Devendra Banhart, Mala

Dan Hyman

By Dan Hyman

Contributor
on 03.12.13 in Reviews

Mala

Devendra Banhart

In the near-decade since Devendra Banhart released his third album, 2004′s Niño Rojo, the intriguing, free spirit balladeer has laughed in the face of genre confinement. Emerging in the early-aughts as the focal point of the then-burgeoning freak-folk movement, the Texas-born Venezuelan fought restriction with each successive album: Meander alongside him, he offered, down patchouli-scented paths strewn with jazzy asides, sitar-slathered daydreams, acoustic-flecked British folk and Brazilian Tropicália. These were albums stocked with vivid, largely sprightly tunes, but also lacking a discernable thread to mend the stitches.

Sizing up love’s cruel ways with humor, wisdom and splendor

Mala, Banhart’s seventh album and first for Nonesuch, is, on the surface, no less diverse than its predecessors (there’s still a slew of genres here). Thankfully though, it’s far more succinct. Throughout, Banhart sizes up his favorite topic — love’s cruel ways — often in less time than it takes to create an online dating profile. He may be engaged, but the singer/songwriter still possesses a tarnished heart: “Daniel,” slow-rolling and sticky with tape hiss (and a Suede reference), disassembles a relationship in just over three minutes; elsewhere Banhart needs only a few words to size up the topic (“love yer a strange fella”), as on the tribal-stomping album-highlight “Never Seen Such Good Things.”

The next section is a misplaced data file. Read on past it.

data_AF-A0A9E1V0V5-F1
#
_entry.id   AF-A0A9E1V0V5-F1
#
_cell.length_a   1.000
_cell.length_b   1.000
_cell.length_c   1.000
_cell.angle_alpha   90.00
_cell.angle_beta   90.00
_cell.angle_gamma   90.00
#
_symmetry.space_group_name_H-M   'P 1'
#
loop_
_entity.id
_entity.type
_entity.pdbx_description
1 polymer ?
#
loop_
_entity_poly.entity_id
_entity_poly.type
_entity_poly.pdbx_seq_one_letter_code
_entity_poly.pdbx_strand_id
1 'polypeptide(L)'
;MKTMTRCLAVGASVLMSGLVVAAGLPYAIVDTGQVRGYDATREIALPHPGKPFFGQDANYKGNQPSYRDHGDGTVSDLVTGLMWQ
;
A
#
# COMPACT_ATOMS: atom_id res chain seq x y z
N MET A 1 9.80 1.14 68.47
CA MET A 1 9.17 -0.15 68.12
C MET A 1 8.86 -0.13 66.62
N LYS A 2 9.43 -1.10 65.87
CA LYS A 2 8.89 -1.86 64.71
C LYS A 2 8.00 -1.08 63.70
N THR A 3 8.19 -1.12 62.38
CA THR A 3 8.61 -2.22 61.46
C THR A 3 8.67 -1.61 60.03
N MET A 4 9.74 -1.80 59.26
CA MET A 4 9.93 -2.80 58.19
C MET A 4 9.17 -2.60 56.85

Even at his most obtuse, Banhart has always infused humor into his creations. At times here it works splendidly: On “Your Fine Petting Duck,” the whimsical duet with his fiancé Ana Kras, he plays an ex-lover reminding his partner how miserable he once was. “Fur Hildegard Von Bingen,” however, while intriguingly sly and slinky, is a stretch, even by Banhart’s out-there comic standards: You try envisioning a German medieval feminist as a MTV VJ. Then again, such is Banhart’s self-carved trail: Take it far enough and, detours be damned, you’re bound to find intermittent wisdom and splendor.